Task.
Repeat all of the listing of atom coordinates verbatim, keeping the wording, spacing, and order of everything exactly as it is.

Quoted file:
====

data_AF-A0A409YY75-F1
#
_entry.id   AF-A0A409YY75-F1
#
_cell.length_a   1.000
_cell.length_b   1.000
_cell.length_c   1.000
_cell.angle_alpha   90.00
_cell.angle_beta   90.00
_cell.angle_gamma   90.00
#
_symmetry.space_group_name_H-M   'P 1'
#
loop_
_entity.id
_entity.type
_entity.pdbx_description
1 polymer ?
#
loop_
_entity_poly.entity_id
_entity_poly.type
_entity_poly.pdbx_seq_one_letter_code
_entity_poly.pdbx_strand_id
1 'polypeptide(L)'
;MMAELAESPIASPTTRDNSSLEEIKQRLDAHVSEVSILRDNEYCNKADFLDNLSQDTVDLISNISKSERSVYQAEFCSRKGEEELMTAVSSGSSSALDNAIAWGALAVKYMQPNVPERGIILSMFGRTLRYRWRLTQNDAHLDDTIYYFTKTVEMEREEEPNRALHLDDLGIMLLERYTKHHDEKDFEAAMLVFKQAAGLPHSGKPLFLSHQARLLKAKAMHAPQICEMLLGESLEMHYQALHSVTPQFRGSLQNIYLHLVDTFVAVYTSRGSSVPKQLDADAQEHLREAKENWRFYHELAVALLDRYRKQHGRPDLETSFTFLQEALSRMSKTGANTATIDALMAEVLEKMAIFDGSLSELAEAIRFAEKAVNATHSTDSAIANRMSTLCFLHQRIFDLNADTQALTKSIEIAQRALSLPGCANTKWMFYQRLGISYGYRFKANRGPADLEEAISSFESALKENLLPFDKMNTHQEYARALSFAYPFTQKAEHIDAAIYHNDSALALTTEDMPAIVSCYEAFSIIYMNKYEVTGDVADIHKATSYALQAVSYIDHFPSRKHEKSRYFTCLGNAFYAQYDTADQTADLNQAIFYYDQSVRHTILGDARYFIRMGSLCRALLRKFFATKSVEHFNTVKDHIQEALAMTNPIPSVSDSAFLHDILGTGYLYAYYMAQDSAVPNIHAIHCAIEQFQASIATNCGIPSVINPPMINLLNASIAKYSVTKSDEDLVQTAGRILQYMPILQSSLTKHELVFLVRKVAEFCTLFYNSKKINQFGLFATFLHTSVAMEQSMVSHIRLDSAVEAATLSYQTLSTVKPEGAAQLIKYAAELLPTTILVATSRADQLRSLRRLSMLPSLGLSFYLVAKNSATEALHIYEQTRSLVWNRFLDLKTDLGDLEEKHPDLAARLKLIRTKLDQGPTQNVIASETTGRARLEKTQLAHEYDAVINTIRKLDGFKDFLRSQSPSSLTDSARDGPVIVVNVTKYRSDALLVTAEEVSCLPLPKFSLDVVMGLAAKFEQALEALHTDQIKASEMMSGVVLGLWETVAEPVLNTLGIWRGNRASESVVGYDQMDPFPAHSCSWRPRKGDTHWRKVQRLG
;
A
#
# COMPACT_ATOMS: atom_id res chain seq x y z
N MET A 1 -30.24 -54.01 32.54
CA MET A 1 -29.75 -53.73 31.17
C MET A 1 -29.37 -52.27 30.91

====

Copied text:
data_AF-A0A409YY75-F1
#
_entry.id   AF-A0A409YY75-F1
#
_cell.length_a   1.000
_cell.length_b   1.000
_cell.length_c   1.000
_cell.angle_alpha   90.00
_cell.angle_beta   90.00
_cell.angle_gamma   90.00
#
_symmetry.space_group_name_H-M   'P 1'
#
loop_
_entity.id
_entity.type
_entity.pdbx_description
1 polymer ?
#
loop_
_entity_poly.entity_id
_entity_poly.type
_entity_poly.pdbx_seq_one_letter_code
_entity_poly.pdbx_strand_id
1 'polypeptide(L)'
;MMAELAESPIASPTTRDNSSLEEIKQRLDAHVSEVSILRDNEYCNKADFLDNLSQDTVDLISNISKSERSVYQAEFCSRKGEEELMTAVSSGSSSALDNAIAWGALAVKYMQPNVPERGIILSMFGRTLRYRWRLTQNDAHLDDTIYYFTKTVEMEREEEPNRALHLDDLGIMLLERYTKHHDEKDFEAAMLVFKQAAGLPHSGKPLFLSHQARLLKAKAMHAPQICEMLLGESLEMHYQALHSVTPQFRGSLQNIYLHLVDTFVAVYTSRGSSVPKQLDADAQEHLREAKENWRFYHELAVALLDRYRKQHGRPDLETSFTFLQEALSRMSKTGANTATIDALMAEVLEKMAIFDGSLSELAEAIRFAEKAVNATHSTDSAIANRMSTLCFLHQRIFDLNADTQALTKSIEIAQRALSLPGCANTKWMFYQRLGISYGYRFKANRGPADLEEAISSFESALKENLLPFDKMNTHQEYARALSFAYPFTQKAEHIDAAIYHNDSALALTTEDMPAIVSCYEAFSIIYMNKYEVTGDVADIHKATSYALQAVSYIDHFPSRKHEKSRYFTCLGNAFYAQYDTADQTADLNQAIFYYDQSVRHTILGDARYFIRMGSLCRALLRKFFATKSVEHFNTVKDHIQEALAMTNPIPSVSDSAFLHDILGTGYLYAYYMAQDSAVPNIHAIHCAIEQFQASIATNCGIPSVINPPMINLLNASIAKYSVTKSDEDLVQTAGRILQYMPILQSSLTKHELVFLVRKVAEFCTLFYNSKKINQFGLFATFLHTSVAMEQSMVSHIRLDSAVEAATLSYQTLSTVKPEGAAQLIKYAAELLPTTILVATSRADQLRSLRRLSMLPSLGLSFYLVAKNSATEALHIYEQTRSLVWNRFLDLKTDLGDLEEKHPDLAARLKLIRTKLDQGPTQNVIASETTGRARLEKTQLAHEYDAVINTIRKLDGFKDFLRSQSPSSLTDSARDGPVIVVNVTKYRSDALLVTAEEVSCLPLPKFSLDVVMGLAAKFEQALEALHTDQIKASEMMSGVVLGLWETVAEPVLNTLGIWRGNRASESVVGYDQMDPFPAHSCSWRPRKGDTHWRKVQRLG
;
A
#
# COMPACT_ATOMS: atom_id res chain seq x y z
N MET A 1 -30.24 -54.01 32.54
CA MET A 1 -29.75 -53.73 31.17
C MET A 1 -29.37 -52.27 30.91